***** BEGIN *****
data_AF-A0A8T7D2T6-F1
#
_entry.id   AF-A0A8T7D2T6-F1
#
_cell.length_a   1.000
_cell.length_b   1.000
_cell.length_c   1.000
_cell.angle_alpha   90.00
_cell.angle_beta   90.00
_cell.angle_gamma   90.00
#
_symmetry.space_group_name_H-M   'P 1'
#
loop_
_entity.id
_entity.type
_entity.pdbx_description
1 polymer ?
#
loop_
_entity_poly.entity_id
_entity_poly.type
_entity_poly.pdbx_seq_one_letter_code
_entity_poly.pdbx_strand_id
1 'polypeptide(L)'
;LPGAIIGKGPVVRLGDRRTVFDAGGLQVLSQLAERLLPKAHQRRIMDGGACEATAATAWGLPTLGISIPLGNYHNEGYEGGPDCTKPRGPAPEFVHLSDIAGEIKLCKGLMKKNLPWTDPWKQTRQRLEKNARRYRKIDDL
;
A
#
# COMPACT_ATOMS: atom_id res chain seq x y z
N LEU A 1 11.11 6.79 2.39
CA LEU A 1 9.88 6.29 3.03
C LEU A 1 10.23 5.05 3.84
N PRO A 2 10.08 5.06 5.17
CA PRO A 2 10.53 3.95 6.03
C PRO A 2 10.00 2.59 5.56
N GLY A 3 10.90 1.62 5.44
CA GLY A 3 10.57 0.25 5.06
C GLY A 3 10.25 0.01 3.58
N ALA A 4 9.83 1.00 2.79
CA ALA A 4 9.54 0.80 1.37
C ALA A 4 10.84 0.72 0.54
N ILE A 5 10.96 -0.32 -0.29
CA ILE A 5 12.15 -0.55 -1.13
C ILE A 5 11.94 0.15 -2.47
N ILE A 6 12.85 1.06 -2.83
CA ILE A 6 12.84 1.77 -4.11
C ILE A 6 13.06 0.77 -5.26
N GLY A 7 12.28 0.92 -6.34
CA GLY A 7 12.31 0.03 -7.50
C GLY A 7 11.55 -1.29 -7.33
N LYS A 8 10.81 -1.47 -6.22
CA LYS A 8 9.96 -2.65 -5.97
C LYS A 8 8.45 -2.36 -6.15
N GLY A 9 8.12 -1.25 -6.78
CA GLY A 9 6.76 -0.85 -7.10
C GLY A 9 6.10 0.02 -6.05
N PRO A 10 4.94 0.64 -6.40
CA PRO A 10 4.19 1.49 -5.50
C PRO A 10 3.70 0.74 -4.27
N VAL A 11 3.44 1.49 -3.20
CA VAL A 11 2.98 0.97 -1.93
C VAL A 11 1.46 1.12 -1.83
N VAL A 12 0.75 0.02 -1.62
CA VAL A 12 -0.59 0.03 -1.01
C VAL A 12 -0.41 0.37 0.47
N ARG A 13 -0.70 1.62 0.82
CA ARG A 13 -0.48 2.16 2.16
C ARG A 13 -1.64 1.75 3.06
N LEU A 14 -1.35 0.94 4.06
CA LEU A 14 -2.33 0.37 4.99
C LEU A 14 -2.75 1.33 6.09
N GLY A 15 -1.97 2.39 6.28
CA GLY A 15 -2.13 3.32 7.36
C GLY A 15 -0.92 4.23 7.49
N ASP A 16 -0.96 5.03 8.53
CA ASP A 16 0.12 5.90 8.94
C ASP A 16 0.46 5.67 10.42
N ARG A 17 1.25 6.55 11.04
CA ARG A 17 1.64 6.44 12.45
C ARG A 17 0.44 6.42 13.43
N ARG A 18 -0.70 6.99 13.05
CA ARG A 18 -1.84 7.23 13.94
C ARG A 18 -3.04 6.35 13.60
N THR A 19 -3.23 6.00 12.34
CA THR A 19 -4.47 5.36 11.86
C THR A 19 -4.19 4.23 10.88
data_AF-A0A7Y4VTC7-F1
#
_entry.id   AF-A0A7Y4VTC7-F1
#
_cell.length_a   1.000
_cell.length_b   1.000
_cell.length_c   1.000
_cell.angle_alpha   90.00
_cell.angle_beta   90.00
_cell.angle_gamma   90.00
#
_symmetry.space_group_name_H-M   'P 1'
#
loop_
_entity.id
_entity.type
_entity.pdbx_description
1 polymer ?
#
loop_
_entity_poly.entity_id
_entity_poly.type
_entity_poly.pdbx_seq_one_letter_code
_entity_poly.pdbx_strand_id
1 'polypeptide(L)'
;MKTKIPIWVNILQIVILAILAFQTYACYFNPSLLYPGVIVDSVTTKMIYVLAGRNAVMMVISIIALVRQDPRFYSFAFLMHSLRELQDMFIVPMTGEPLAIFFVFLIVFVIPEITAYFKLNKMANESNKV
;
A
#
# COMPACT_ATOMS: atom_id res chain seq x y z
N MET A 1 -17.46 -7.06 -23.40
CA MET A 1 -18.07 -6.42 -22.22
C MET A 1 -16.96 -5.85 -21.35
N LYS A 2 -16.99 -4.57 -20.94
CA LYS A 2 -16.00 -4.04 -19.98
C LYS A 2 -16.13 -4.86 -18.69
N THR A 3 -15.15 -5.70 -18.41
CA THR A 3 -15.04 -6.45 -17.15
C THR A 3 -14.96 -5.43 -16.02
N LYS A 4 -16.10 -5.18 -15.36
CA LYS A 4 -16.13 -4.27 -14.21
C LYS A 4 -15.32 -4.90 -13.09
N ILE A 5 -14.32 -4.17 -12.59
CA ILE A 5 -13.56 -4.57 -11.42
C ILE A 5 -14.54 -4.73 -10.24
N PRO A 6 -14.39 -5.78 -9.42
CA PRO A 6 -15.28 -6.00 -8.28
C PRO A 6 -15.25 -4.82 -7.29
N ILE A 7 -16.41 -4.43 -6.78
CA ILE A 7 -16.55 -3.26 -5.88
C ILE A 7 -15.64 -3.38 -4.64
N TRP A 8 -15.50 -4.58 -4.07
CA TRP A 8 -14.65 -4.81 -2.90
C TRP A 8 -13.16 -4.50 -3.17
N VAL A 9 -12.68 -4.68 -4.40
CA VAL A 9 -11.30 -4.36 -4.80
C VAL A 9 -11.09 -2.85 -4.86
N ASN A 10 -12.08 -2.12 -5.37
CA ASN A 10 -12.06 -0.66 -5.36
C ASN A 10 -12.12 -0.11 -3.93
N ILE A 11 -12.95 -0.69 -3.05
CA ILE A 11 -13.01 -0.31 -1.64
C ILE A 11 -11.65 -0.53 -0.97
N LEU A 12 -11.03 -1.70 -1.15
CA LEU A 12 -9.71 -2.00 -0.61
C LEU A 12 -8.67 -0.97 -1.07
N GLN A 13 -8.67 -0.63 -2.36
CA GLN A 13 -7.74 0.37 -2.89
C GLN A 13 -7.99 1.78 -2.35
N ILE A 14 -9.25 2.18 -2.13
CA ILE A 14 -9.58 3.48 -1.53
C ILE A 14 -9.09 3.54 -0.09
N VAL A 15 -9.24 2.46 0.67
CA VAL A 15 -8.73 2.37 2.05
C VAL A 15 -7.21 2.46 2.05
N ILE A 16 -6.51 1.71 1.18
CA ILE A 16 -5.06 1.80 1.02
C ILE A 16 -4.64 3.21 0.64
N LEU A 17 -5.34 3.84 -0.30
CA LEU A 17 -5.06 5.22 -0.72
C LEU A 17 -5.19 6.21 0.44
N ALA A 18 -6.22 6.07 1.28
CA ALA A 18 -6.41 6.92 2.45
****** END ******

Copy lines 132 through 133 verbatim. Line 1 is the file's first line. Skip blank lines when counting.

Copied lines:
C ILE A 5 -14.54 -4.73 -10.24
N PRO A 6 -14.39 -5.78 -9.42